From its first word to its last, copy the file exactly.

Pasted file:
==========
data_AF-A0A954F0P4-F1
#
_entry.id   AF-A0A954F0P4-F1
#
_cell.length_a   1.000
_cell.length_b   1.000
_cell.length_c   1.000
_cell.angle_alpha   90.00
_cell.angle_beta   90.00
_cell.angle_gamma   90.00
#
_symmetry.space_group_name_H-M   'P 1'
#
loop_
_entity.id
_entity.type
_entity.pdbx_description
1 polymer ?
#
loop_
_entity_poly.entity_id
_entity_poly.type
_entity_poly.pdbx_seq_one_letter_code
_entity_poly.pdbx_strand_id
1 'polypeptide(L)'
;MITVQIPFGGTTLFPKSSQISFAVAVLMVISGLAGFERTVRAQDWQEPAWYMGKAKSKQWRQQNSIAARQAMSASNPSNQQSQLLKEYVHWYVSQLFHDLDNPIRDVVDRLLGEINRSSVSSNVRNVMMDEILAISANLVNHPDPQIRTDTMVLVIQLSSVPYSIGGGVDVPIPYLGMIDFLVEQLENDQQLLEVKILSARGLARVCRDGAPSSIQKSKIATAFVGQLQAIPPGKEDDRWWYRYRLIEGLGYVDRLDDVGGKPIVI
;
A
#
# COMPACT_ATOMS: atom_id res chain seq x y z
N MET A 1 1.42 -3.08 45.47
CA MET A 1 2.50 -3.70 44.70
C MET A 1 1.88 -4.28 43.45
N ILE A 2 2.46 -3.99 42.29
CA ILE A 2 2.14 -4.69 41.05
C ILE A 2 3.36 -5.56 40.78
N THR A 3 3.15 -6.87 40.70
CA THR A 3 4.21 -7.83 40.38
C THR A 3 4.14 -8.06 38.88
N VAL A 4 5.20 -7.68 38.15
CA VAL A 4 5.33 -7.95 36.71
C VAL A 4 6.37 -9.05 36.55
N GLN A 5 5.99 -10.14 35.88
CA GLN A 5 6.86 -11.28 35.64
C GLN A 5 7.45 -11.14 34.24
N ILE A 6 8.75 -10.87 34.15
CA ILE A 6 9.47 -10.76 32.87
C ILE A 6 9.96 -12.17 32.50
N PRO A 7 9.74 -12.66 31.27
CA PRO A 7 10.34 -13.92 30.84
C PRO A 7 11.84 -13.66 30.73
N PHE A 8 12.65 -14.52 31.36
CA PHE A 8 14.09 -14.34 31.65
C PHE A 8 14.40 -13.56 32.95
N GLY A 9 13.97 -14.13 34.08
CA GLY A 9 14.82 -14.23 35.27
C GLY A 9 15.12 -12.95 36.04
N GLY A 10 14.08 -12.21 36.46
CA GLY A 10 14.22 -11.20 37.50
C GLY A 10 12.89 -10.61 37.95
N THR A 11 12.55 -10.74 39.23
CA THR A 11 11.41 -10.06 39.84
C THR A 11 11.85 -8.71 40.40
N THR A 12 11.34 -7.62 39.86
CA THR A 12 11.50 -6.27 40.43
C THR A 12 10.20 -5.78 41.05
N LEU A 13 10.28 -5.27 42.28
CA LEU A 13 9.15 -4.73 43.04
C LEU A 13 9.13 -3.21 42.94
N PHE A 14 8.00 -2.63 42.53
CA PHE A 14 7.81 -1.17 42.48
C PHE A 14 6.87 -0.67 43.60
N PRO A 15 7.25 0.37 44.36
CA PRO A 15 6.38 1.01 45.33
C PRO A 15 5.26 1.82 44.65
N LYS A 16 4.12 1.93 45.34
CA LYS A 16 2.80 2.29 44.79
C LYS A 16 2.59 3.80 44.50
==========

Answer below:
data_AF-A0A954F0P4-F1
#
_entry.id   AF-A0A954F0P4-F1
#
_cell.length_a   1.000
_cell.length_b   1.000
_cell.length_c   1.000
_cell.angle_alpha   90.00
_cell.angle_beta   90.00
_cell.angle_gamma   90.00
#
_symmetry.space_group_name_H-M   'P 1'
#
loop_
_entity.id
_entity.type
_entity.pdbx_description
1 polymer ?
#
loop_
_entity_poly.entity_id
_entity_poly.type
_entity_poly.pdbx_seq_one_letter_code
_entity_poly.pdbx_strand_id
1 'polypeptide(L)'
;MITVQIPFGGTTLFPKSSQISFAVAVLMVISGLAGFERTVRAQDWQEPAWYMGKAKSKQWRQQNSIAARQAMSASNPSNQQSQLLKEYVHWYVSQLFHDLDNPIRDVVDRLLGEINRSSVSSNVRNVMMDEILAISANLVNHPDPQIRTDTMVLVIQLSSVPYSIGGGVDVPIPYLGMIDFLVEQLENDQQLLEVKILSARGLARVCRDGAPSSIQKSKIATAFVGQLQAIPPGKEDDRWWYRYRLIEGLGYVDRLDDVGGKPIVI
;
A
#
# COMPACT_ATOMS: atom_id res chain seq x y z
N MET A 1 1.42 -3.08 45.47
CA MET A 1 2.50 -3.70 44.70
C MET A 1 1.88 -4.28 43.45
N ILE A 2 2.46 -3.99 42.29
CA ILE A 2 2.14 -4.69 41.05
C ILE A 2 3.36 -5.56 40.78
N THR A 3 3.15 -6.87 40.70
CA THR A 3 4.21 -7.83 40.38
C THR A 3 4.14 -8.06 38.88
N VAL A 4 5.20 -7.68 38.15
CA VAL A 4 5.33 -7.95 36.71
C VAL A 4 6.37 -9.05 36.55
N GLN A 5 5.99 -10.14 35.88
CA GLN A 5 6.86 -11.28 35.64
C GLN A 5 7.45 -11.14 34.24
N ILE A 6 8.75 -10.87 34.15
CA ILE A 6 9.47 -10.76 32.87
C ILE A 6 9.96 -12.17 32.50
N PRO A 7 9.74 -12.66 31.27
CA PRO A 7 10.34 -13.92 30.84
C PRO A 7 11.84 -13.66 30.73
N PHE A 8 12.65 -14.52 31.36
CA PHE A 8 14.09 -14.34 31.65
C PHE A 8 14.40 -13.56 32.95
N GLY A 9 13.97 -14.13 34.08
CA GLY A 9 14.82 -14.23 35.27
C GLY A 9 15.12 -12.95 36.04
N GLY A 10 14.08 -12.21 36.46
CA GLY A 10 14.22 -11.20 37.50
C GLY A 10 12.89 -10.61 37.95
N THR A 11 12.55 -10.74 39.23
CA THR A 11 11.41 -10.06 39.84
C THR A 11 11.85 -8.71 40.40
N THR A 12 11.34 -7.62 39.86
CA THR A 12 11.50 -6.27 40.43
C THR A 12 10.20 -5.78 41.05
N LEU A 13 10.28 -5.27 42.28
CA LEU A 13 9.15 -4.73 43.04
C LEU A 13 9.13 -3.21 42.94
N PHE A 14 8.00 -2.63 42.53
CA PHE A 14 7.81 -1.17 42.48
C PHE A 14 6.87 -0.67 43.60
N PRO A 15 7.25 0.37 44.36
CA PRO A 15 6.38 1.01 45.33
C PRO A 15 5.26 1.82 44.65
N LYS A 16 4.12 1.93 45.34
CA LYS A 16 2.80 2.29 44.79
C LYS A 16 2.59 3.80 44.50